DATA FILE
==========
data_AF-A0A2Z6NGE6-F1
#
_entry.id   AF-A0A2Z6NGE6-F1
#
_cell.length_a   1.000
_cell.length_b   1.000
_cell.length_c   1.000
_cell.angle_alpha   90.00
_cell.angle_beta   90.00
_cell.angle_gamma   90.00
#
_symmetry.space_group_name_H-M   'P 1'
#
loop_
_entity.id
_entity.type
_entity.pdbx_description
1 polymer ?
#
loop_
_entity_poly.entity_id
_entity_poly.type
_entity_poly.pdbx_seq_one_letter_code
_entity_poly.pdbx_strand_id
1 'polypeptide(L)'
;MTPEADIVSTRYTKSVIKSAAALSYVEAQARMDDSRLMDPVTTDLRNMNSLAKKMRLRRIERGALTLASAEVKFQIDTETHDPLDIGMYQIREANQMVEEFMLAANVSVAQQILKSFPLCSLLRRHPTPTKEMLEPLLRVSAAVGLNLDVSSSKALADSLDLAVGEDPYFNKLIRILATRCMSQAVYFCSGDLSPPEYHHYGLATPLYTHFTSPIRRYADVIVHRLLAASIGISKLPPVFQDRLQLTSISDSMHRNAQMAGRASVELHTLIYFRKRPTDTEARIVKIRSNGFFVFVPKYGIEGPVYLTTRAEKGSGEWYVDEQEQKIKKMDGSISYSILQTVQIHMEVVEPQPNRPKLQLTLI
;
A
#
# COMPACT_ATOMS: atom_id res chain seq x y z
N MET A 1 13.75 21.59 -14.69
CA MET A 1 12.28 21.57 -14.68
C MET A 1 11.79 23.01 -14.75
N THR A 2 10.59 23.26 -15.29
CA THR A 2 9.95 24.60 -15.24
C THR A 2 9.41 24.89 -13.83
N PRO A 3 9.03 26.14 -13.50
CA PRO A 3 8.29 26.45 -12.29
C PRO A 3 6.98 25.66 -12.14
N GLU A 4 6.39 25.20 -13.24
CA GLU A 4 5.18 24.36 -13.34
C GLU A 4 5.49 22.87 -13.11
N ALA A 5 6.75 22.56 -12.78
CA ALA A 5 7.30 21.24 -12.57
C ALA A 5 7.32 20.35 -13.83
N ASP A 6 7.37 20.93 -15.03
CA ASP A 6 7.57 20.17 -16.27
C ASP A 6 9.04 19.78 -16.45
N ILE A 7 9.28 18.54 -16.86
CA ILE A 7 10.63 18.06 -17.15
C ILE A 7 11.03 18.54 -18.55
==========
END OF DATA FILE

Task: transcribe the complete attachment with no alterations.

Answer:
data_AF-A0A2Z6NGE6-F1
#
_entry.id   AF-A0A2Z6NGE6-F1
#
_cell.length_a   1.000
_cell.length_b   1.000
_cell.length_c   1.000
_cell.angle_alpha   90.00
_cell.angle_beta   90.00
_cell.angle_gamma   90.00
#
_symmetry.space_group_name_H-M   'P 1'
#
loop_
_entity.id
_entity.type
_entity.pdbx_description
1 polymer ?
#
loop_
_entity_poly.entity_id
_entity_poly.type
_entity_poly.pdbx_seq_one_letter_code
_entity_poly.pdbx_strand_id
1 'polypeptide(L)'
;MTPEADIVSTRYTKSVIKSAAALSYVEAQARMDDSRLMDPVTTDLRNMNSLAKKMRLRRIERGALTLASAEVKFQIDTETHDPLDIGMYQIREANQMVEEFMLAANVSVAQQILKSFPLCSLLRRHPTPTKEMLEPLLRVSAAVGLNLDVSSSKALADSLDLAVGEDPYFNKLIRILATRCMSQAVYFCSGDLSPPEYHHYGLATPLYTHFTSPIRRYADVIVHRLLAASIGISKLPPVFQDRLQLTSISDSMHRNAQMAGRASVELHTLIYFRKRPTDTEARIVKIRSNGFFVFVPKYGIEGPVYLTTRAEKGSGEWYVDEQEQKIKKMDGSISYSILQTVQIHMEVVEPQPNRPKLQLTLI
;
A
#
# COMPACT_ATOMS: atom_id res chain seq x y z
N MET A 1 13.75 21.59 -14.69
CA MET A 1 12.28 21.57 -14.68
C MET A 1 11.79 23.01 -14.75
N THR A 2 10.59 23.26 -15.29
CA THR A 2 9.95 24.60 -15.24
C THR A 2 9.41 24.89 -13.83
N PRO A 3 9.03 26.14 -13.50
CA PRO A 3 8.29 26.45 -12.29
C PRO A 3 6.98 25.66 -12.14
N GLU A 4 6.39 25.20 -13.24
CA GLU A 4 5.18 24.36 -13.34
C GLU A 4 5.49 22.87 -13.11
N ALA A 5 6.75 22.56 -12.78
CA ALA A 5 7.30 21.24 -12.57
C ALA A 5 7.32 20.35 -13.83
N ASP A 6 7.37 20.93 -15.03
CA ASP A 6 7.57 20.17 -16.27
C ASP A 6 9.04 19.78 -16.45
N ILE A 7 9.28 18.54 -16.86
CA ILE A 7 10.63 18.06 -17.15
C ILE A 7 11.03 18.54 -18.55